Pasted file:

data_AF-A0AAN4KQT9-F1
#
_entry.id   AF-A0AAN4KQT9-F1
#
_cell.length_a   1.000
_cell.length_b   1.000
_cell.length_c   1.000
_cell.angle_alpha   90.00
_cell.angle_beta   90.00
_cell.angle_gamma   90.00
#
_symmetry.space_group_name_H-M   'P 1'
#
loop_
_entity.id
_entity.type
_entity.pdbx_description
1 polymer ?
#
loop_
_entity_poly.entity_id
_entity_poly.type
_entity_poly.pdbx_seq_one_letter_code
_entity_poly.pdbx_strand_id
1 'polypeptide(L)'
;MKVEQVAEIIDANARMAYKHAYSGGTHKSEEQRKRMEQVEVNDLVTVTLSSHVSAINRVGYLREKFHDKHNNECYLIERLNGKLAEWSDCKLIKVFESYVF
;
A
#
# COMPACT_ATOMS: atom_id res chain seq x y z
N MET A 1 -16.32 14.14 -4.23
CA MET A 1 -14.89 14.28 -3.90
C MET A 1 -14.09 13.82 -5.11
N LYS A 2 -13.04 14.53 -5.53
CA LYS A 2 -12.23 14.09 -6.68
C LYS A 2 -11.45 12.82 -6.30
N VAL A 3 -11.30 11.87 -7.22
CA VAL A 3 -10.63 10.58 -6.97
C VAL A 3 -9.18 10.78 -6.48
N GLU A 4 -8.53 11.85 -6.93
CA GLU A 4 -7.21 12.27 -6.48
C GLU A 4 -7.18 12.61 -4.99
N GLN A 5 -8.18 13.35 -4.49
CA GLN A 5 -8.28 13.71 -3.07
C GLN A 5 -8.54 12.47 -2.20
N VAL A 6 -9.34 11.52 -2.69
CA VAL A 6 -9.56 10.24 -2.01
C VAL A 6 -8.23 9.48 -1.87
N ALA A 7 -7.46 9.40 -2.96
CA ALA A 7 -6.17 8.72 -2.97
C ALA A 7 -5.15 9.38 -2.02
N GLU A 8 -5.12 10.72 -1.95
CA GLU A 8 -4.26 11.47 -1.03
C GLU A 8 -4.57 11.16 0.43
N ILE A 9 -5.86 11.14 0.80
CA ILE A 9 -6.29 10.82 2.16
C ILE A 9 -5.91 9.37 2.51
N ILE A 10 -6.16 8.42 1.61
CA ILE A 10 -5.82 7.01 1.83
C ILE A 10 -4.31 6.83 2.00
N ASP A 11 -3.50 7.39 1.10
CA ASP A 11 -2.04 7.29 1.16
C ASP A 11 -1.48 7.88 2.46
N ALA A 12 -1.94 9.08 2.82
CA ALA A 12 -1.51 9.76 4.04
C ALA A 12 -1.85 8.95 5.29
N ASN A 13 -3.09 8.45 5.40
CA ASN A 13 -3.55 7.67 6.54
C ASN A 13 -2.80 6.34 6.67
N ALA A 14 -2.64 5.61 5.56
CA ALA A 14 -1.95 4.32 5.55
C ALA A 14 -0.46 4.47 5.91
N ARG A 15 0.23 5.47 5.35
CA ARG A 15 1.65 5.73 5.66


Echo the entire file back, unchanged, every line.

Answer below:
data_AF-A0AAN4KQT9-F1
#
_entry.id   AF-A0AAN4KQT9-F1
#
_cell.length_a   1.000
_cell.length_b   1.000
_cell.length_c   1.000
_cell.angle_alpha   90.00
_cell.angle_beta   90.00
_cell.angle_gamma   90.00
#
_symmetry.space_group_name_H-M   'P 1'
#
loop_
_entity.id
_entity.type
_entity.pdbx_description
1 polymer ?
#
loop_
_entity_poly.entity_id
_entity_poly.type
_entity_poly.pdbx_seq_one_letter_code
_entity_poly.pdbx_strand_id
1 'polypeptide(L)'
;MKVEQVAEIIDANARMAYKHAYSGGTHKSEEQRKRMEQVEVNDLVTVTLSSHVSAINRVGYLREKFHDKHNNECYLIERLNGKLAEWSDCKLIKVFESYVF
;
A
#
# COMPACT_ATOMS: atom_id res chain seq x y z
N MET A 1 -16.32 14.14 -4.23
CA MET A 1 -14.89 14.28 -3.90
C MET A 1 -14.09 13.82 -5.11
N LYS A 2 -13.04 14.53 -5.53
CA LYS A 2 -12.23 14.09 -6.68
C LYS A 2 -11.45 12.82 -6.30
N VAL A 3 -11.30 11.87 -7.22
CA VAL A 3 -10.63 10.58 -6.97
C VAL A 3 -9.18 10.78 -6.48
N GLU A 4 -8.53 11.85 -6.93
CA GLU A 4 -7.21 12.27 -6.48
C GLU A 4 -7.18 12.61 -4.99
N GLN A 5 -8.18 13.35 -4.49
CA GLN A 5 -8.28 13.71 -3.07
C GLN A 5 -8.54 12.47 -2.20
N VAL A 6 -9.34 11.52 -2.69
CA VAL A 6 -9.56 10.24 -2.01
C VAL A 6 -8.23 9.48 -1.87
N ALA A 7 -7.46 9.40 -2.96
CA ALA A 7 -6.17 8.72 -2.97
C ALA A 7 -5.15 9.38 -2.02
N GLU A 8 -5.12 10.72 -1.95
CA GLU A 8 -4.26 11.47 -1.03
C GLU A 8 -4.57 11.16 0.43
N ILE A 9 -5.86 11.14 0.80
CA ILE A 9 -6.29 10.82 2.16
C ILE A 9 -5.91 9.37 2.51
N ILE A 10 -6.16 8.42 1.61
CA ILE A 10 -5.82 7.01 1.83
C ILE A 10 -4.31 6.83 2.00
N ASP A 11 -3.50 7.39 1.10
CA ASP A 11 -2.04 7.29 1.16
C ASP A 11 -1.48 7.88 2.46
N ALA A 12 -1.94 9.08 2.82
CA ALA A 12 -1.51 9.76 4.04
C ALA A 12 -1.85 8.95 5.29
N ASN A 13 -3.09 8.45 5.40
CA ASN A 13 -3.55 7.67 6.54
C ASN A 13 -2.80 6.34 6.67
N ALA A 14 -2.64 5.61 5.56
CA ALA A 14 -1.95 4.32 5.55
C ALA A 14 -0.46 4.47 5.91
N ARG A 15 0.23 5.47 5.35
CA ARG A 15 1.65 5.73 5.66